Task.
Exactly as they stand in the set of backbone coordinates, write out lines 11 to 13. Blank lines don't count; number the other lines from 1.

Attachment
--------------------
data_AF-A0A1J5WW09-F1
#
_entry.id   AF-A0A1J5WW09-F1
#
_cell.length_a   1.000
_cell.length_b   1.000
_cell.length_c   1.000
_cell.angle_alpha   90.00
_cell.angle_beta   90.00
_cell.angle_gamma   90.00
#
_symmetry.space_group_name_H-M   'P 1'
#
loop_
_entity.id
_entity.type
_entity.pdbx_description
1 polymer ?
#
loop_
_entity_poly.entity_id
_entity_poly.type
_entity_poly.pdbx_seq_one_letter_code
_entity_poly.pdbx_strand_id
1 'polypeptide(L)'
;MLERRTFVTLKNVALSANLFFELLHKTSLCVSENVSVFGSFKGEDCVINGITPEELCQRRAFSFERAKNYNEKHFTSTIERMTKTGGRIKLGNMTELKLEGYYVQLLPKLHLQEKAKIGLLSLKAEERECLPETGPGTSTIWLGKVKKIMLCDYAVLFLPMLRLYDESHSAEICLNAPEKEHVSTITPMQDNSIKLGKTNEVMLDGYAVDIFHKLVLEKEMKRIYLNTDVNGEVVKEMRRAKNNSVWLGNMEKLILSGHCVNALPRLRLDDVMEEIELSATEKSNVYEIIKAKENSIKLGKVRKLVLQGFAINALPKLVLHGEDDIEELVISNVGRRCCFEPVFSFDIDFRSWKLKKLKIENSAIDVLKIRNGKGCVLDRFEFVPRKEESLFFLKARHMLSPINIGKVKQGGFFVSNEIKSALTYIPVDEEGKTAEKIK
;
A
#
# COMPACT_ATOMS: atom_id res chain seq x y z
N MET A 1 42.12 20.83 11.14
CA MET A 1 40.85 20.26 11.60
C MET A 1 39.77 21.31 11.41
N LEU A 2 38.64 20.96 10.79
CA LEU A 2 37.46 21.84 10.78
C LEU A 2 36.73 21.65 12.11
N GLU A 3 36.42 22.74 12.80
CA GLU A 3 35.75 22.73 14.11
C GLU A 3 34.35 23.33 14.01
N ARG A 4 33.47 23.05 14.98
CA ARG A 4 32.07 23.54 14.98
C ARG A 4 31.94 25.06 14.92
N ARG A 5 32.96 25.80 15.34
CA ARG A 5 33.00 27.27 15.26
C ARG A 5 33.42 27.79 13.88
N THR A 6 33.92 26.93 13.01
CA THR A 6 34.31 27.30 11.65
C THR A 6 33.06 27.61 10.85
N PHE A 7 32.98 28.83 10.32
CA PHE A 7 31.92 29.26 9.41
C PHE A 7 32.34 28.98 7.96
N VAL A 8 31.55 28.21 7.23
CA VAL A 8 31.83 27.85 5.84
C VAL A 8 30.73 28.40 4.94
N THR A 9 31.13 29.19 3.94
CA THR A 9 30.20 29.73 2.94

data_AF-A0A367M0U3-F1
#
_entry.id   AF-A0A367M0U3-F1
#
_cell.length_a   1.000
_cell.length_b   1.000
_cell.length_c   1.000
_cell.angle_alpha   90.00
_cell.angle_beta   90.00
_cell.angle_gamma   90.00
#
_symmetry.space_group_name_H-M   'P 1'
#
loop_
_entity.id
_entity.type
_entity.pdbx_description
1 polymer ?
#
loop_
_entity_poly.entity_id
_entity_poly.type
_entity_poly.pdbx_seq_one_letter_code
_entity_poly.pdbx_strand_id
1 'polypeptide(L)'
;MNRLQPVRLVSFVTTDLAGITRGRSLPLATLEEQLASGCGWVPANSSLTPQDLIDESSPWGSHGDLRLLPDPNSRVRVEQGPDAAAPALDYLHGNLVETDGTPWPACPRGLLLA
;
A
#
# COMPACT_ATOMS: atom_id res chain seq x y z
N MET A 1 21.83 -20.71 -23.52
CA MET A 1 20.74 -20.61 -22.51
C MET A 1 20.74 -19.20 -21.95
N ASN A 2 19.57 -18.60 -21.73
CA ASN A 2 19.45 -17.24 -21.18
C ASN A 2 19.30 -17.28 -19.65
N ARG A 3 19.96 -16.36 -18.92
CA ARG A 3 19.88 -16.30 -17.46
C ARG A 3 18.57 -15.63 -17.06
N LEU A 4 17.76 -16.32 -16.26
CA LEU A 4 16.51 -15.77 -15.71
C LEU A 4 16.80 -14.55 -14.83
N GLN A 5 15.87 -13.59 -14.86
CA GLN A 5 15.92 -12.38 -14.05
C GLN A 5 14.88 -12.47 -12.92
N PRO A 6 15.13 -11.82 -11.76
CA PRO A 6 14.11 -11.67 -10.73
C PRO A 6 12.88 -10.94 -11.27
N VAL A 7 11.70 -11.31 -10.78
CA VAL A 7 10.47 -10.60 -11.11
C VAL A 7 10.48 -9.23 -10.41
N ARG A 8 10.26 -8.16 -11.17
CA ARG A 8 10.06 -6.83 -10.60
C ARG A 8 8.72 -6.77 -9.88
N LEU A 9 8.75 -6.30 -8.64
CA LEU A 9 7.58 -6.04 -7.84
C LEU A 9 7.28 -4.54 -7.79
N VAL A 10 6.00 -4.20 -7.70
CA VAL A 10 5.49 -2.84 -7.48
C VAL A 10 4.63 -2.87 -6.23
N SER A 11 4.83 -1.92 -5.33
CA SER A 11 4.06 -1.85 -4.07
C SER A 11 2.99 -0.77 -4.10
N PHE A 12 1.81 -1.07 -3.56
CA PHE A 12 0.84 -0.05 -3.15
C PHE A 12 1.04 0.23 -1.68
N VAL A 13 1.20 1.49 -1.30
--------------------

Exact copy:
#
_symmetry.space_group_name_H-M   'P 1'
#